From the Publisher
"A major triumph."
—Next Generation Magazine
"If anyone knows game history, it's Steve Kent."
—Dave Theurer, creator of Tempest, I*Robot, and Missile Command
"This is the best video game history book I've ever come across."
—John Romero, founder of Ion Storm
"For industry insiders and game players alike, this book is a must-have."
—Mark Turnell, designer for Midway Games and creator of NBA Jam, NFL Blitz, and Wrestlemania
"A compelling journey through the evolution of the video games industry."
—Minoru Arakawa, president of Nintendo
"This book is from the horse's mouth. Finally, the game designers speak out in all their wisdom and stupidity."
—Eugene Jarvis, creator of Defender and Robotron 2084
In this rollicking, mammoth history of video games from pinball to Pong to Playstation II Kent, a technology journalist and self-professed video game addict, covers almost every conceivable aspect of the industry, from the technological leaps that made the games possible to the corporate power struggles that won (and lost) billions of dollars. Anecdotes are legion. Readers learn that early Atari, for example, had the corporate climate of a dot-com startup, with rampant drug use and meetings staged in outdoor hot tubs. The original name for Pac-Man turns out to be Puck-Man; its creators changed the name after worrying that vandals in arcades would replace the P with an F. In 1978, there were so many people playing Space Invaders in Japan that the game caused a national coin shortage. Kent meticulously documents the rise of home video games and the console wars of the past decade, when Sega, Nintendo, Sony and others raced to produce the fastest, most powerful game system. Also addressed is the public backlash of the '80s, when video games were thought to distract students from homework, and the '90s, when Doom and other violent games were linked to the massacre at Columbine High School. Along the way, Kent interviews virtually every key player in the industry. At times, Kent's comprehensiveness is exhausting 500-plus pages on video games may be a bit much, even for their most ardent admirers. But most often Kent's infectious enthusiasm is enough to carry the reader along. Equal parts oral history, engineering study, business memoir, game catalogue and Gen-X nostalgia trip, Kent's book is a loving tribute to one of the most dynamic (and profitable) industries in the world today. (Oct.)Copyright 2001 Cahners Business Information.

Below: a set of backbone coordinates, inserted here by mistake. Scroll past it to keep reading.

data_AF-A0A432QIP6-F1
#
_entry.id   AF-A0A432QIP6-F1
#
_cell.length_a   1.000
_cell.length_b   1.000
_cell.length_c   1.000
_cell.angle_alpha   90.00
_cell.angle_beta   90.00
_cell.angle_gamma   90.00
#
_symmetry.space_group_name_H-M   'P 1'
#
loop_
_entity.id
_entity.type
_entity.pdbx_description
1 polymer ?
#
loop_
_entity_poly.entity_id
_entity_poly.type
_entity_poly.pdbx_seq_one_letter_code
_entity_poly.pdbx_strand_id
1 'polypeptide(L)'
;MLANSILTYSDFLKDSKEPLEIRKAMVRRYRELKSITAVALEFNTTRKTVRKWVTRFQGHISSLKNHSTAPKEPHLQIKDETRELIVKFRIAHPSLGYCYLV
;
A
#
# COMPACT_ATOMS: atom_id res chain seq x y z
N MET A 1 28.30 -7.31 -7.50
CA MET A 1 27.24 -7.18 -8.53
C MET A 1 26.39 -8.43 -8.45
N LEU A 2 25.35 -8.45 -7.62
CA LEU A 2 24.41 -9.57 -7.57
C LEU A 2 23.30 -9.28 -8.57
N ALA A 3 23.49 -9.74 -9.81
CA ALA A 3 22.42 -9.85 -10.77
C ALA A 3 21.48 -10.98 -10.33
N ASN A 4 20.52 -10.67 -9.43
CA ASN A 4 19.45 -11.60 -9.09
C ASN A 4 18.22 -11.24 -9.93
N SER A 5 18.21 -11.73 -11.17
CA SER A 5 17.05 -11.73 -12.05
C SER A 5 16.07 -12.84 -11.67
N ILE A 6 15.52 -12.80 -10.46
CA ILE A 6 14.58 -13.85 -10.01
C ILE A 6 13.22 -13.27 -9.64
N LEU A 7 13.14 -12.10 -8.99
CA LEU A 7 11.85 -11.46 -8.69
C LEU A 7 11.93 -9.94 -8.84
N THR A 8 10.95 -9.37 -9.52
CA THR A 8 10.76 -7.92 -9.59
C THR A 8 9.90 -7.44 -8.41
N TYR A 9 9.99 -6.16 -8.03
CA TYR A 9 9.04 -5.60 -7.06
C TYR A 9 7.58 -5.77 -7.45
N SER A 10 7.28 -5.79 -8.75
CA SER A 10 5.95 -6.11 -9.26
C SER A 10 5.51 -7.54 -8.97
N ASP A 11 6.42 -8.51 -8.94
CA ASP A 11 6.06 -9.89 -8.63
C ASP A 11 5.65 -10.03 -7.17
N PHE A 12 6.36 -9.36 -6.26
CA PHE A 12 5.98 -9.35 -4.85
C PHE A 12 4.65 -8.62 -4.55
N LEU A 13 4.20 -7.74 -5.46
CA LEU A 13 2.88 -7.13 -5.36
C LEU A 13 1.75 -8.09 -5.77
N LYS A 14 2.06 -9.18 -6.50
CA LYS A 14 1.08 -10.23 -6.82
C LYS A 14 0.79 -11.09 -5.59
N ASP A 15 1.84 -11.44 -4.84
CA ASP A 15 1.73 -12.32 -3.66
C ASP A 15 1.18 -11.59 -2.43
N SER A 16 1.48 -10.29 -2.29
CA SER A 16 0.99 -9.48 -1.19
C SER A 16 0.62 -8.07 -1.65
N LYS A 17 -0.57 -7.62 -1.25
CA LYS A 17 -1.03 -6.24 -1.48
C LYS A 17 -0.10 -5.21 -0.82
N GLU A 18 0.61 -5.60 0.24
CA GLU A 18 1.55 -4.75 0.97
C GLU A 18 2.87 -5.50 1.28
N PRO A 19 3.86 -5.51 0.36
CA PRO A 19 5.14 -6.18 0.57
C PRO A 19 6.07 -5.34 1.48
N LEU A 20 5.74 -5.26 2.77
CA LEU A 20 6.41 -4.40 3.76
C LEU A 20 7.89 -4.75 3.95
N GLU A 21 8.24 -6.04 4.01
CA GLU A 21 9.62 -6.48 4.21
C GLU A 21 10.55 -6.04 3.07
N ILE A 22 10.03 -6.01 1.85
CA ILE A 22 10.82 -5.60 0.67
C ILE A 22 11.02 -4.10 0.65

Burnham's Supercade is bursting with illustrations of video game graphics, logos, artwork, and promotional images. With as much emphasis on illustrations as on text, this book might be as close visually to an electronic-game experience as one can get in print. Burnham, a contributing editor to Wired magazine, writes in a more casual voice and has incorporated short chapters by some guest authors, including Kent; the index and bibliography are welcome additions. These books nicely complement each other, though Kent's may appeal more to historians with its comprehensive coverage and Burnham's to nostalgic gamers with its eye-popping graphics. As works that cover an important facet of our popular culture, both titles are strong candidates for both public and academic libraries. Joe J. Accardi, William Rainey Harper Coll. Lib., Palatine, IL Copyright 2001 Cahners Business Information.